New Credit: Any new credit lines you open or even just apply for, and how many, within the last year will affect your credit score negatively. This isn’t a big deal as long as you don’t make a habit of applying for multiple credit cards at once. Also, don’t do yourself a disservice by applying for a credit card that you know you will not get approved for and run the risk of dinging your credit for no reason. When you apply for a credit card, you are giving the creditor permission to do a “hard pull” on your credit. With a hard pull, a creditor requests a full look at your credit report to determine your creditworthiness. These types of “hard inquiries” may ding your score an average of 5-10 points.
Tip: Many credit card issuers provide pre-qualification links on their website where you can check to see if you may qualify for their credit card without doing a full application. The pre-qualification form asks you limited questions (typically your name, address, and the last four digits of your social security number) and the card issuers then do what is called a “soft pull” to your credit. Soft inquiries do not ding your credit score like hard inquiries do.
So why does paying off your debt lower your credit score?
First, it could decrease the age of your credit history. When you completely pay off an account or close it, it is no longer a part of your credit history. If your student loans are your longest-standing credit accounts, paying them off will decrease the average age of your credit, and thus decrease your credit score.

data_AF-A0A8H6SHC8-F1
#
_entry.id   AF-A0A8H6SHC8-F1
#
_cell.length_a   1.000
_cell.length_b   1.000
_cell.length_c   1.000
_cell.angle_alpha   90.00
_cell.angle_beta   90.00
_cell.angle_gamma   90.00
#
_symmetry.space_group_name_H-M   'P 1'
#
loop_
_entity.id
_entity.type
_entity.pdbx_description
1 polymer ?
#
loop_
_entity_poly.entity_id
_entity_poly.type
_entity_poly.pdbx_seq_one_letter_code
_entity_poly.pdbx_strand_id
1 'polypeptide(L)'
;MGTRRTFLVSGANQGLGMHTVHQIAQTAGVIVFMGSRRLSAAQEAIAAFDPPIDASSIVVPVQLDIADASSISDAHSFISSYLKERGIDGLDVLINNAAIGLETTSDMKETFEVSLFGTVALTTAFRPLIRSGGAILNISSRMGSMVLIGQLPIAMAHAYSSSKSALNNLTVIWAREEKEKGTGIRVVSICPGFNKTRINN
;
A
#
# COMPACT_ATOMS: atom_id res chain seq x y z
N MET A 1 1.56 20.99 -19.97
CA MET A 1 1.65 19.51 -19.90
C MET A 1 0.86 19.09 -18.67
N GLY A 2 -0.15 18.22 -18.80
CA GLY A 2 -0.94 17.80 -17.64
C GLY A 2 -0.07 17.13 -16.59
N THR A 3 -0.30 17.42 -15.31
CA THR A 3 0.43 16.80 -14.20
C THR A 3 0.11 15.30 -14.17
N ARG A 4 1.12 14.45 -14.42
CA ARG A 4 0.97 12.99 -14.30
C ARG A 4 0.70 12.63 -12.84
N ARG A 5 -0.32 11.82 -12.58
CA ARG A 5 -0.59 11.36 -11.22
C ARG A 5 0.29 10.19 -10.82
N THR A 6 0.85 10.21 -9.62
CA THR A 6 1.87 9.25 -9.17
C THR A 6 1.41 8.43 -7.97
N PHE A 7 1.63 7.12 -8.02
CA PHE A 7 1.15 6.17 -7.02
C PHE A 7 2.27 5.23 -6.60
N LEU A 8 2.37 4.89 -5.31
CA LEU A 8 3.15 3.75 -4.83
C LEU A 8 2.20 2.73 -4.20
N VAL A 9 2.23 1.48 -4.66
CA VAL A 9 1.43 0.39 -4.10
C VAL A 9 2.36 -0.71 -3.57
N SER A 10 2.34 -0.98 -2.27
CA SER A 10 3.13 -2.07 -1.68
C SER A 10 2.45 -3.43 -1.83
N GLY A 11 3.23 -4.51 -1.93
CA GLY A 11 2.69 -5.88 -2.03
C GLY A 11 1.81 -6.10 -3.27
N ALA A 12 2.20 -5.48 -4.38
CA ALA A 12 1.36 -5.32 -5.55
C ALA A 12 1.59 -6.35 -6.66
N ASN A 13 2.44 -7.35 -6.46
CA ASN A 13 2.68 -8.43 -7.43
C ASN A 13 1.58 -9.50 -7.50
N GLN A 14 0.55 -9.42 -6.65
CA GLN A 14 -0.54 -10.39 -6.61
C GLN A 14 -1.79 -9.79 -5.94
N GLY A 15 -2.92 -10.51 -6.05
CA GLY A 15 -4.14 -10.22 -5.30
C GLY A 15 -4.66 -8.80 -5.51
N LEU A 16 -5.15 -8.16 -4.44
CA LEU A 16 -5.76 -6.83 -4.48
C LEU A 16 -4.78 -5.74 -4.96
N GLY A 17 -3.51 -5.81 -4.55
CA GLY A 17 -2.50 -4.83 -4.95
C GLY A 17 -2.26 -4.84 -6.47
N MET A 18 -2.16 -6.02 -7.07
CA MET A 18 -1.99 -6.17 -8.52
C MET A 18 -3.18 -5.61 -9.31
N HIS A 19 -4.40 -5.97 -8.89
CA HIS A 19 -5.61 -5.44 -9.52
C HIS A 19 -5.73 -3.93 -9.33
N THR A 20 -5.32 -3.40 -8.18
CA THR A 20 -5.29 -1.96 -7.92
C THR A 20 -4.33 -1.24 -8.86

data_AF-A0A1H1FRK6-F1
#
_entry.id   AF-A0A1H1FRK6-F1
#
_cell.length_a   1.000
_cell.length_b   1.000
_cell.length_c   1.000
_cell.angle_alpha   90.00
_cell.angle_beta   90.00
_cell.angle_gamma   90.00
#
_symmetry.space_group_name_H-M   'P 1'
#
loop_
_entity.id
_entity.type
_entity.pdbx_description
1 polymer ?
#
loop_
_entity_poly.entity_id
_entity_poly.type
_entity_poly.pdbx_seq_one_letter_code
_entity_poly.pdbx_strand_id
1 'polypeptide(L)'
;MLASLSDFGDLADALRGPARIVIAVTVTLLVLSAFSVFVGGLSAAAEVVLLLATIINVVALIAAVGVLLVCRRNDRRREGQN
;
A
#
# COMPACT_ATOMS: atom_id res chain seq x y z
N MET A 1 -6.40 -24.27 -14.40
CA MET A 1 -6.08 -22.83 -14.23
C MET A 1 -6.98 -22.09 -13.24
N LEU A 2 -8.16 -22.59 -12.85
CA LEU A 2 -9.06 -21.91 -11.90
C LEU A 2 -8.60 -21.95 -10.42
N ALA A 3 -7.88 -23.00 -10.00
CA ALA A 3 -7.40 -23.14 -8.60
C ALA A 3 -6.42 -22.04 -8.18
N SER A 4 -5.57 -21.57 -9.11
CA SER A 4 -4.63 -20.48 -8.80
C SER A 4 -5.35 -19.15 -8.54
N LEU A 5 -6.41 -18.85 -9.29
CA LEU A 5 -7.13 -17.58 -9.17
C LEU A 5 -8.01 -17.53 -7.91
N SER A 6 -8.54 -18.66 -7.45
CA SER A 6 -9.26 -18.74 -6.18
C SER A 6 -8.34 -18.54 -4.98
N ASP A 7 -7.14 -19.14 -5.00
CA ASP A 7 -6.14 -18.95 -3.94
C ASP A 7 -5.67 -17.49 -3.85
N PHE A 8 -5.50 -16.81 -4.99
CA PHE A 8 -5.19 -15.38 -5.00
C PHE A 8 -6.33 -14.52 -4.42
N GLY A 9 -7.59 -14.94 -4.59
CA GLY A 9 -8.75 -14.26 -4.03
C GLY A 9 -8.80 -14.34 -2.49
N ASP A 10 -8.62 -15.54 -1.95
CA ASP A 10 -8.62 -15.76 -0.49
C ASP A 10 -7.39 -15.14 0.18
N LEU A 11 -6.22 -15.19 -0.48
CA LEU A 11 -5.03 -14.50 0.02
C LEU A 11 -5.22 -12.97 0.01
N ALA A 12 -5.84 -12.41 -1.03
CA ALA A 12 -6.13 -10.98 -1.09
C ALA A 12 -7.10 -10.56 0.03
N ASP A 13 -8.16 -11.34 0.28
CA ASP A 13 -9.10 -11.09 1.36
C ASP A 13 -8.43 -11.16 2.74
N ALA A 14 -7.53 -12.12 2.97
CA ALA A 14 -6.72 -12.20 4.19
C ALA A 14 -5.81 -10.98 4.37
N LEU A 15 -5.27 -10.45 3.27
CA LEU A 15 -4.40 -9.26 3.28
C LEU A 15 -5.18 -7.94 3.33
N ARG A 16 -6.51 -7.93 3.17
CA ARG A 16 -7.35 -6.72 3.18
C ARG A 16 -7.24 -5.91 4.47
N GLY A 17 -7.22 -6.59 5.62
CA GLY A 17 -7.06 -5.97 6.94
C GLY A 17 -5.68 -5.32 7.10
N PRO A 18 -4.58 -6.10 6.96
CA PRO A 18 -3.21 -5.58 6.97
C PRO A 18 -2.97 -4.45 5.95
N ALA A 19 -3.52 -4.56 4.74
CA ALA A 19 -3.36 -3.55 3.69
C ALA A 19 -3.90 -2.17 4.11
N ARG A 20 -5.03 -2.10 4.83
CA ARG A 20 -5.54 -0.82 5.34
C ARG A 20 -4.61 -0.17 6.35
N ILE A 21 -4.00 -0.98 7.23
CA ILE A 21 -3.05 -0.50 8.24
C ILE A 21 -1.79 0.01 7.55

Secondly, it could raise your credit utilization, which also could lower your score. With one less account, you have less available credit, which means the amount of credit you are using could go up.
Finally, it decreases your mix of credit because you have one less type of credit amongst your total accounts. A decrease in credit mix = a decrease in credit score.
But…there is good news.
Yes, your credit score may drop temporarily when you finally pay off your debt, but don’t be alarmed. If you follow these simple steps, your credit score will bounce back in no time:
Pay your bills on time. Easier said than done, we know, but it really makes a difference. In just six months of paying your bills on time, you’ll be able to see a notable difference in your score.
Don’t close your credit card accounts. It may seem counterintuitive, but leaving a credit card open and not using it can actually be good for your credit score and report. Additionally, constantly opening and closing accounts could affect your credit utilization rate poorly.
Increase your credit limit. This will decrease your credit utilization rate, which will improve your score. If you are in good standing with your creditor, you should easily be able to increase your limit with a quick phone call or request online.
Simple, right? You can breathe easy again knowing your credit score will recover if you continue to handle your debt responsibly.
While important, your credit score is just one part of your credit report, not the entire picture lenders see. What is on your credit report contains a more in-depth look at your true financial situation. After paying off debt, you will be in a better financial position overall and that, as well as your peace of mind, isn’t measured by a pesky credit score. If it was, the number would soar.